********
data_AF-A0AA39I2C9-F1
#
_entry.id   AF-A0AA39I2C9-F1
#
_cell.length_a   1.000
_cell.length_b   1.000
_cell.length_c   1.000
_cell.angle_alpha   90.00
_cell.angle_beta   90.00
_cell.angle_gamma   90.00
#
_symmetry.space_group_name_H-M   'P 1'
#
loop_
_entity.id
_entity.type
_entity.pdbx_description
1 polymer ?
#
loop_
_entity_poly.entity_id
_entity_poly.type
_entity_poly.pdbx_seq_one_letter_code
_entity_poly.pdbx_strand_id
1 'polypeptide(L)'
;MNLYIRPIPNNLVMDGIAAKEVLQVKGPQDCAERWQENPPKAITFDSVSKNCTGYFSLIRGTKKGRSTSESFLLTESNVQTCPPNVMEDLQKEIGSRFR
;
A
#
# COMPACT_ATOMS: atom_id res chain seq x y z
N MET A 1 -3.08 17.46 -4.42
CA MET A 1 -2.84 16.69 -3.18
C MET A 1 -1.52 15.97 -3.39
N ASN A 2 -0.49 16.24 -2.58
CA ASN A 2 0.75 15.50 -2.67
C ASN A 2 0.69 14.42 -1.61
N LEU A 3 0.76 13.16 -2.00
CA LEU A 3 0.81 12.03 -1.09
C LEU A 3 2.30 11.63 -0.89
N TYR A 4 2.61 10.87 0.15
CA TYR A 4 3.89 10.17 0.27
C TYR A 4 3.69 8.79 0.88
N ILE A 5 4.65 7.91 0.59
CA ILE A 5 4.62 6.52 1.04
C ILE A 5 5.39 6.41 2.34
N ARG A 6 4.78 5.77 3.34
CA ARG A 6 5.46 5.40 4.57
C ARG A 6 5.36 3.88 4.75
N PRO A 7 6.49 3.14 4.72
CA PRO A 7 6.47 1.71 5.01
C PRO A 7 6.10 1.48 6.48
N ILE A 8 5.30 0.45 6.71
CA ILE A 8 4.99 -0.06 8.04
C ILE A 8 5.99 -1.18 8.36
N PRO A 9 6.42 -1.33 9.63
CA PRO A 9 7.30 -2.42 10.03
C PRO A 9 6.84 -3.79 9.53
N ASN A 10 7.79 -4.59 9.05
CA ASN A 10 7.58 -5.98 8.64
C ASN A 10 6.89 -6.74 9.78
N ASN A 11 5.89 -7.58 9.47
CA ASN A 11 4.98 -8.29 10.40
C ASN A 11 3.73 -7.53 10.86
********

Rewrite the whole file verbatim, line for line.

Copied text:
data_AF-A0AA39I2C9-F1
#
_entry.id   AF-A0AA39I2C9-F1
#
_cell.length_a   1.000
_cell.length_b   1.000
_cell.length_c   1.000
_cell.angle_alpha   90.00
_cell.angle_beta   90.00
_cell.angle_gamma   90.00
#
_symmetry.space_group_name_H-M   'P 1'
#
loop_
_entity.id
_entity.type
_entity.pdbx_description
1 polymer ?
#
loop_
_entity_poly.entity_id
_entity_poly.type
_entity_poly.pdbx_seq_one_letter_code
_entity_poly.pdbx_strand_id
1 'polypeptide(L)'
;MNLYIRPIPNNLVMDGIAAKEVLQVKGPQDCAERWQENPPKAITFDSVSKNCTGYFSLIRGTKKGRSTSESFLLTESNVQTCPPNVMEDLQKEIGSRFR
;
A
#
# COMPACT_ATOMS: atom_id res chain seq x y z
N MET A 1 -3.08 17.46 -4.42
CA MET A 1 -2.84 16.69 -3.18
C MET A 1 -1.52 15.97 -3.39
N ASN A 2 -0.49 16.24 -2.58
CA ASN A 2 0.75 15.50 -2.67
C ASN A 2 0.69 14.42 -1.61
N LEU A 3 0.76 13.16 -2.00
CA LEU A 3 0.81 12.03 -1.09
C LEU A 3 2.30 11.63 -0.89
N TYR A 4 2.61 10.87 0.15
CA TYR A 4 3.89 10.17 0.27
C TYR A 4 3.69 8.79 0.88
N ILE A 5 4.65 7.91 0.59
CA ILE A 5 4.62 6.52 1.04
C ILE A 5 5.39 6.41 2.34
N ARG A 6 4.78 5.77 3.34
CA ARG A 6 5.46 5.40 4.57
C ARG A 6 5.36 3.88 4.75
N PRO A 7 6.49 3.14 4.72
CA PRO A 7 6.47 1.71 5.01
C PRO A 7 6.10 1.48 6.48
N ILE A 8 5.30 0.45 6.71
CA ILE A 8 4.99 -0.06 8.04
C ILE A 8 5.99 -1.18 8.36
N PRO A 9 6.42 -1.33 9.63
CA PRO A 9 7.30 -2.42 10.03
C PRO A 9 6.84 -3.79 9.53
N ASN A 10 7.79 -4.59 9.05
CA ASN A 10 7.58 -5.98 8.64
C ASN A 10 6.89 -6.74 9.78
N ASN A 11 5.89 -7.58 9.47
CA ASN A 11 4.98 -8.29 10.40
C ASN A 11 3.73 -7.53 10.86